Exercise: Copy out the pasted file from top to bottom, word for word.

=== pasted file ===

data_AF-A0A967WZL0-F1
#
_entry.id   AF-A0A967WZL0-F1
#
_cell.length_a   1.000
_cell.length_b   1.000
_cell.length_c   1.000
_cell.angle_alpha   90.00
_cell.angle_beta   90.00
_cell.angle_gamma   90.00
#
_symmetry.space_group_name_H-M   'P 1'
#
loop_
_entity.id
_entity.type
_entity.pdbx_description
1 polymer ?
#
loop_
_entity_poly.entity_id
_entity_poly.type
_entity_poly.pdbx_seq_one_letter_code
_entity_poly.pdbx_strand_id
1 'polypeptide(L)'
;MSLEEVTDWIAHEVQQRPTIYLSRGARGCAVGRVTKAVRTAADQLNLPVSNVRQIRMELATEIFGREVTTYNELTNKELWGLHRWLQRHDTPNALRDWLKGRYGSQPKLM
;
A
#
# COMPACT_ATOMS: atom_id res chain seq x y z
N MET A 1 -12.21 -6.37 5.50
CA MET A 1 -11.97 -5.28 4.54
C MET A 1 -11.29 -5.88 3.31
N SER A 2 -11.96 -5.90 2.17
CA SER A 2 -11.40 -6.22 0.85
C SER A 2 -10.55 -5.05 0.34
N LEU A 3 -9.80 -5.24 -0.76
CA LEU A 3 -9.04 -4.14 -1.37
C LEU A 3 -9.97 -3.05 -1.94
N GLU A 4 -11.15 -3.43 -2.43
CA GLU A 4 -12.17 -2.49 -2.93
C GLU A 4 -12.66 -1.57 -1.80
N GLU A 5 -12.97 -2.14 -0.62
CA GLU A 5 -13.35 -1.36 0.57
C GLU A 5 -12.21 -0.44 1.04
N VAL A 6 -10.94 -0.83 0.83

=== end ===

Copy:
data_AF-A0A967WZL0-F1
#
_entry.id   AF-A0A967WZL0-F1
#
_cell.length_a   1.000
_cell.length_b   1.000
_cell.length_c   1.000
_cell.angle_alpha   90.00
_cell.angle_beta   90.00
_cell.angle_gamma   90.00
#
_symmetry.space_group_name_H-M   'P 1'
#
loop_
_entity.id
_entity.type
_entity.pdbx_description
1 polymer ?
#
loop_
_entity_poly.entity_id
_entity_poly.type
_entity_poly.pdbx_seq_one_letter_code
_entity_poly.pdbx_strand_id
1 'polypeptide(L)'
;MSLEEVTDWIAHEVQQRPTIYLSRGARGCAVGRVTKAVRTAADQLNLPVSNVRQIRMELATEIFGREVTTYNELTNKELWGLHRWLQRHDTPNALRDWLKGRYGSQPKLM
;
A
#
# COMPACT_ATOMS: atom_id res chain seq x y z
N MET A 1 -12.21 -6.37 5.50
CA MET A 1 -11.97 -5.28 4.54
C MET A 1 -11.29 -5.88 3.31
N SER A 2 -11.96 -5.90 2.17
CA SER A 2 -11.40 -6.22 0.85
C SER A 2 -10.55 -5.05 0.34
N LEU A 3 -9.80 -5.24 -0.76
CA LEU A 3 -9.04 -4.14 -1.37
C LEU A 3 -9.97 -3.05 -1.94
N GLU A 4 -11.15 -3.43 -2.43
CA GLU A 4 -12.17 -2.49 -2.93
C GLU A 4 -12.66 -1.57 -1.80
N GLU A 5 -12.97 -2.14 -0.62
CA GLU A 5 -13.35 -1.36 0.57
C GLU A 5 -12.21 -0.44 1.04
N VAL A 6 -10.94 -0.83 0.83